Political Economy in Action: The Government of Circulation in Eighteenth-Century Beekeeping Manuals

Elisabeth Wallman (History Department, University of Warwick) speaks at The Eighteenth-Century Studies Seminar.

My paper considers how French Enlightenment writers, through the observation of insects, conceived of the relation between working bodies, the territory and the productivity of the community. The paper focuses in particular on beekeeping manuals published between 1740 and 1780. During this period, the publication of beekeeping treatises skyrocketed; not by coincidence, it is also the period during which astonishing numbers of texts on political economy, understood as the art of governing and increasing the state’s wealth, were written. The paper argues that texts on beekeeping ‒ often called ‘le gouvernement des abeilles’ ‒ were an important means of disseminating new ideas of government based on respecting the ‘naturalness’ of the (bee) population rather than on the sovereign will of the ‘governor’, as had been the case in images of the hive as model monarchies from Aristotle onwards. French texts on labouring insects taught their readers the new relationship to their absolutist ruler that the realisation of these theories of governance required. As these treatises reshaped the bee from a loyal subject into a productive contributor to its society, human readers, too, were taught that they were no longer subjects simply obeying decrees from above, but should see themselves as part of an interconnected, circulating and productive ‘whole’.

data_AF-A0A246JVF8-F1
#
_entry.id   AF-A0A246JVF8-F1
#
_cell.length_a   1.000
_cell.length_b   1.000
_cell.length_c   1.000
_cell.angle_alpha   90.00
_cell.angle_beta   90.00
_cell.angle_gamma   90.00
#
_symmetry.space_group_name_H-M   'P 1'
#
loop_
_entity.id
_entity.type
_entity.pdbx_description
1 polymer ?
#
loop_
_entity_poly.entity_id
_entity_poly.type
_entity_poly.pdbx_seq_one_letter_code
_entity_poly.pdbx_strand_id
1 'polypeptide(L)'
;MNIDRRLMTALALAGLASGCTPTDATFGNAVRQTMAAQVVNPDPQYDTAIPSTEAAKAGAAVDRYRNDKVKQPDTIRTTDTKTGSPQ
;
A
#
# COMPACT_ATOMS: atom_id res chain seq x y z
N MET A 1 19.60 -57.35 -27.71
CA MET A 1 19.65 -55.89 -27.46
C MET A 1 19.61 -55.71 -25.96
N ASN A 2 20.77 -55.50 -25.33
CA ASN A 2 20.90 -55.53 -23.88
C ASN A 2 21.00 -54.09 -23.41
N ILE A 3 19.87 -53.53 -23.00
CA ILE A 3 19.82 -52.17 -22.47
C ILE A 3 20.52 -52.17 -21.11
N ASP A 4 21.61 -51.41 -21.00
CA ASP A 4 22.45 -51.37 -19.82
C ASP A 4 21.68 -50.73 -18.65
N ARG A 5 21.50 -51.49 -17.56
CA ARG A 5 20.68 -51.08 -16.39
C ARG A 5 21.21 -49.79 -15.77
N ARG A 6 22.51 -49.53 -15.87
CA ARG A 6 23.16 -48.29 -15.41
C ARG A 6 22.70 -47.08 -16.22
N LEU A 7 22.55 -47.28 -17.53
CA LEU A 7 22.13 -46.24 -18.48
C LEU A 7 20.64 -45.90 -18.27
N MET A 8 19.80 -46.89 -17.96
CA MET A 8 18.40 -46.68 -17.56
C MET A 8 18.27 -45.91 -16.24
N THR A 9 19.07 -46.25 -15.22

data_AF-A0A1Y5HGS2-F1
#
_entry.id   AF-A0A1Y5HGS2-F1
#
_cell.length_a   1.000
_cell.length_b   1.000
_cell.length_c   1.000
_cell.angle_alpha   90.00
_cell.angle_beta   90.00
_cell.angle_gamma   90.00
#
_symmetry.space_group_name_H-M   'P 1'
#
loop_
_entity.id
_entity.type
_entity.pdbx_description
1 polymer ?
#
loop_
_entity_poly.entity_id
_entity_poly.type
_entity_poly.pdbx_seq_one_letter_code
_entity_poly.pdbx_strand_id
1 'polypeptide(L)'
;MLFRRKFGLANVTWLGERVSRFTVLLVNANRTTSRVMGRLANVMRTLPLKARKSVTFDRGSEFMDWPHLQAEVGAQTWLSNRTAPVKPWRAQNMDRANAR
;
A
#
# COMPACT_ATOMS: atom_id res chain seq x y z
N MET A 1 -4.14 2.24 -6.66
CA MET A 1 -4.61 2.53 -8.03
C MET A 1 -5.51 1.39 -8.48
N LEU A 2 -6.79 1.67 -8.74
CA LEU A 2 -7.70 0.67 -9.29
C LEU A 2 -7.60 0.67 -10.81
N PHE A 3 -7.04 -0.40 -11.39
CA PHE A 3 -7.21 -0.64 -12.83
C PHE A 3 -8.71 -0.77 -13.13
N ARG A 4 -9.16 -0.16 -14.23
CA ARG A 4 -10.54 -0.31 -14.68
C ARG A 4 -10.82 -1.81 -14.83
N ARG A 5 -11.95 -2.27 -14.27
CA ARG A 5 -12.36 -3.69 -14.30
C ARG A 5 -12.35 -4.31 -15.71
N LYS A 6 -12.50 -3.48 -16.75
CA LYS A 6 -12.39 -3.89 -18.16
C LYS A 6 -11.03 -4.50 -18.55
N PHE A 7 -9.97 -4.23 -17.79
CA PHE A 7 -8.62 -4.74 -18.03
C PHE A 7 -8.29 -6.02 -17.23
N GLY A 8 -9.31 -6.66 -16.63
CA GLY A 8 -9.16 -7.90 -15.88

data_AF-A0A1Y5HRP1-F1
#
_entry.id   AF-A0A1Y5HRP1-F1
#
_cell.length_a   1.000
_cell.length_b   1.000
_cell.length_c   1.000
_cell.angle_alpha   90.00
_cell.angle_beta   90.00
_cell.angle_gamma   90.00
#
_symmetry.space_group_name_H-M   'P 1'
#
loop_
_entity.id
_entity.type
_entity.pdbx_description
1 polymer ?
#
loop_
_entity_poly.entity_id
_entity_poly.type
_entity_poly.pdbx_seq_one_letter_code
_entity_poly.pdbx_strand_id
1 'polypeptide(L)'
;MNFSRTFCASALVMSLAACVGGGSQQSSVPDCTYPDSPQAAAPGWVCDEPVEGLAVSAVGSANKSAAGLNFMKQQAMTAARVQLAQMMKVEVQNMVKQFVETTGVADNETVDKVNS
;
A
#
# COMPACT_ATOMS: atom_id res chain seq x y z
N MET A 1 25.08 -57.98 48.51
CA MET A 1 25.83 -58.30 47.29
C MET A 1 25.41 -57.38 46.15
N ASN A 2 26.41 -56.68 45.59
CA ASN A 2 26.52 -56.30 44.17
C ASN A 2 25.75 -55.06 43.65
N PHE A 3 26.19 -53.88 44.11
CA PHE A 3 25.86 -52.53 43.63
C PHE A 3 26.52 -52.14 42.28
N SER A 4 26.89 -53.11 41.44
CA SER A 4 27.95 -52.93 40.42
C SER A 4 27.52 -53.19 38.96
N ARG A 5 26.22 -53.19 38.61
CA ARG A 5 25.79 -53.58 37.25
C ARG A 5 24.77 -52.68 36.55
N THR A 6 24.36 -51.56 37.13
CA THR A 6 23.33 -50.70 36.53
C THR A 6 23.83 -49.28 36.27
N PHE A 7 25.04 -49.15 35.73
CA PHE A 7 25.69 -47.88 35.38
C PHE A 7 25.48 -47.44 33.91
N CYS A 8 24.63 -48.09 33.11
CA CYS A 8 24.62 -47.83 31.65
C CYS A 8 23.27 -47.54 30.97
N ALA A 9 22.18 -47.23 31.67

For further information, please contact a member of the Committee: Gregorio Alonso G.Alonso@leeds.ac.uk; Richard Bellis ph10rtb@leeds.ac.uk; Kerry Bristol K.A.C.Bristol@leeds.ac.uk; Valerie Mainz v.s.mainz@leeds.ac.uk; Peter Maw P.Maw@leeds.ac.uk

Location: Seminar Room 1, LHRI (Leeds Humanities Research Institute), 29-31 Clarendon Road
Cost: Free